The principle that One cannot deliberate over what one already knows is going to happen, when suitably qualified, has seemed to many philosophers to be about as secure a truth as one is likely to find in this life.Fortunately, poses little restriction on human deliberation, since the conditions which would trigger its prohibition seldom arise for us: our knowledge of the future is intermittent at best, and those things of which we do have advance knowledge are not the sorts of (...) things over which we would deliberate in any case. But matters appear to stand otherwise with an all-knowing agent such as God is traditionally conceived to be; for what an omniprescient deity ‘already knows is going to happen’ is everything that is going to happen; and if He cannot deliberate over such things, there is nothing over which He can deliberate. (shrink)
Paul Sheehy has argued that the modal realist cannot satisfactorily allow for the necessity of God's existence. In this short paper I show that she can, and that Sheehy only sees a problem because he has failed to appreciate all the resources available to the modal realist. God may be an abstract existent outside spacetime or He may not be: but either way, there is no problem for the modal realist to admit that He exists at every concrete possible world.
Between 1787, and the end of his life in 1832, Bentham turned his attention to the development and application of economic ideas and principles within the general structure of his legislative project. For seventeen years this interest was manifested through a number of books and pamphlets, most of which remained in manuscript form, that develop a distinctive approach to economic questions. Although Bentham was influenced by Adam Smith's An Inquiry into the Nature and Causes of the Wealth of Nations, he (...) neither adopted a Smithian vocabulary for addressing questions of economic principle and policy, nor did he accept many of the distinctive features of Smith's economic theory. One consequence of this was that Bentham played almost no part in the development of the emerging science of political economy in the early nineteenth century. The standard histories of economics all emphasize how little he contributed to the mainstream of late eighteenth and early nineteenth-century debate by concentrating attention on his utilitarianism and the psychology of hedonism on which it is premised. Others have argued that the calculating nature of his theory of practical reason reduced the whole legislative project to a crude attempt to apply economics to all aspects of social and political life. Put at its simplest this argument amounts to the erroneous claim that Bentham's science of legislation is reducible to the science of political economy. A different but equally dangerous error would be to argue that because Bentham's conception of the science of legislation comprehends all the basic forms of social relationships, there can be no science of political economy as there is no autonomous sphere of activity governed by the principles of economics. This approach is no doubt attractive from an historical point of view given that the major premise of this argument is true, and that many of Bentham's ‘economic’ arguments are couched in terms of his theory of legislation. Yet it fails to account for the undoubted importance of political economy within Bentham's writings, not just on finance, economic policy, colonies and preventive police, but also in other aspects of his utilitarian public policy such as prison reform, pauper management, and even constitutional reform. All of these works reflect a conception of political economy in its broadest terms. However, this conception of political economy differs in many respects from that of Bentham's contemporaries, and for this reason Bentham's distinctive approach to problems of economics and political economy has largely been misunderstood. (shrink)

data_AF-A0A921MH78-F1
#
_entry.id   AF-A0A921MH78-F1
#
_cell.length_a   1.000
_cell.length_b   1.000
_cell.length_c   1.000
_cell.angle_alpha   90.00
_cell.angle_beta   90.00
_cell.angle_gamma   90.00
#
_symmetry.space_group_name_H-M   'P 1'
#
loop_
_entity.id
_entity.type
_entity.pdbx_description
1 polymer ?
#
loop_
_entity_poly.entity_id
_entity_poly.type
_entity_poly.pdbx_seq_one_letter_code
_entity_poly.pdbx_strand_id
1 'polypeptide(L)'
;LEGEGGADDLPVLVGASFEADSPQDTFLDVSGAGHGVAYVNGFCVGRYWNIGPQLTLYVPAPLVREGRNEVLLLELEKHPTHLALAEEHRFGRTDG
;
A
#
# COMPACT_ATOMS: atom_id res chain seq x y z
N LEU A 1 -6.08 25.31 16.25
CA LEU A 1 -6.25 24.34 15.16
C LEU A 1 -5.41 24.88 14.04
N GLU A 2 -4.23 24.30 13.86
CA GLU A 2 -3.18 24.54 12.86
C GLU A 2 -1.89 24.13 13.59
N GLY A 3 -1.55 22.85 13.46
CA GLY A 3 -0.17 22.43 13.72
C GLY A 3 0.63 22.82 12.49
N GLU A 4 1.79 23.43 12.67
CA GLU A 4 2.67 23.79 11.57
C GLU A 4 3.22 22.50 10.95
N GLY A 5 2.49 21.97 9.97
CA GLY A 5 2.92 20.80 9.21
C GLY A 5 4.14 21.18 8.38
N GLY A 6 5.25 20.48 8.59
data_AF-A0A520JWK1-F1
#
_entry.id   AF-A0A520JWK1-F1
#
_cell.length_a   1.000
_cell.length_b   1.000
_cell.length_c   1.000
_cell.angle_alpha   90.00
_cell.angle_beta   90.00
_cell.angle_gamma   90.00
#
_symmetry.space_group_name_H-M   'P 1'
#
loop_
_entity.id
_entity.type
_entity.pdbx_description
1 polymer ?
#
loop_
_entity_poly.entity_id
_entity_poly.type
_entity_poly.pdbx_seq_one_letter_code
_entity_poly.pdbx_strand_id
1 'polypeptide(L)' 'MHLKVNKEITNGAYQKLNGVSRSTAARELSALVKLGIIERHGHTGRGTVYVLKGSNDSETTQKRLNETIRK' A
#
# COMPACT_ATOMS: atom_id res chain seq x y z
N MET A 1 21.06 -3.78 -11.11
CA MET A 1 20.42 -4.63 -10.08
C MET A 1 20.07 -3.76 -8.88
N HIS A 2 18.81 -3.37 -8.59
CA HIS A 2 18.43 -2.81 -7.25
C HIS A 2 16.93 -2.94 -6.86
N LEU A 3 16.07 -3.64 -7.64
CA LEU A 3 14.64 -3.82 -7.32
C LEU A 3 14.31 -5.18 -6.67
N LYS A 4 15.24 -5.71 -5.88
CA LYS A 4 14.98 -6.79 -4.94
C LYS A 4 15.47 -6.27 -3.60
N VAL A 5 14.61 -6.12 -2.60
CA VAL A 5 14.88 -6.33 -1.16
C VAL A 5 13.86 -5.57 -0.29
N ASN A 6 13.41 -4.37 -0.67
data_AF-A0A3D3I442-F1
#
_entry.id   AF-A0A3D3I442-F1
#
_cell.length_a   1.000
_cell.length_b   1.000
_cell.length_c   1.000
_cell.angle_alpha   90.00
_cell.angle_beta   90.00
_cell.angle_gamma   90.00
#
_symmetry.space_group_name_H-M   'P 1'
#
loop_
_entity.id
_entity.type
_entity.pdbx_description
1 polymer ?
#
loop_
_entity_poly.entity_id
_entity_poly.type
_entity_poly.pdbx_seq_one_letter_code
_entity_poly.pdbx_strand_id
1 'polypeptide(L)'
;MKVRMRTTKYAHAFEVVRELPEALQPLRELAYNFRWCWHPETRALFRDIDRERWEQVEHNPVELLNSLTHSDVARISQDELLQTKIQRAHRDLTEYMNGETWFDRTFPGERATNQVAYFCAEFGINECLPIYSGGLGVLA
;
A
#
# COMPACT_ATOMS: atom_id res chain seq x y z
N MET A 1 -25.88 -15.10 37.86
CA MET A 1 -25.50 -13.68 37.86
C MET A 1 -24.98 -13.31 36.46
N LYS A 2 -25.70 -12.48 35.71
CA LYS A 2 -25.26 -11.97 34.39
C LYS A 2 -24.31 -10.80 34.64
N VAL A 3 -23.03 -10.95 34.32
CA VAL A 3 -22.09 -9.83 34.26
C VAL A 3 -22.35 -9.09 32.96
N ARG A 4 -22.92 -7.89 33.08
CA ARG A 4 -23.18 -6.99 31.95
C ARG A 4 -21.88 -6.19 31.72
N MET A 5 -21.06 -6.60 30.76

In ‘Wittgenstein on Language and Rules’, Professor N. Malcolm took us to task for misinterpreting Wittgenstein's arguments on the relationship between the concept of following a rule and the concept of community agreement on what counts as following a given rule. Not that we denied that there are any grammatical connections between these concepts. On the contrary, we emphasized that a rule and an act in accord with it make contact in language. Moreover we argued that agreement in judgments and (...) in definitions is indeed necessary for a shared language. But we denied that the concept of a language is so tightly interwoven with the concept of a community of speakers as to preclude its applicabilty to someone whose use of signs is not shared by others. Malcolm holds that ‘This is an unwitting reduction of Wittgenstein's originality. That human agreement is necessary for “shared” language is not so striking a thought as that it is essential for language simpliciter.’ Though less striking, we believe that it has the merit of being a true thought. We shall once more try to show both that it is correct, and that it is a correct account of Wittgenstein's arguments. (shrink)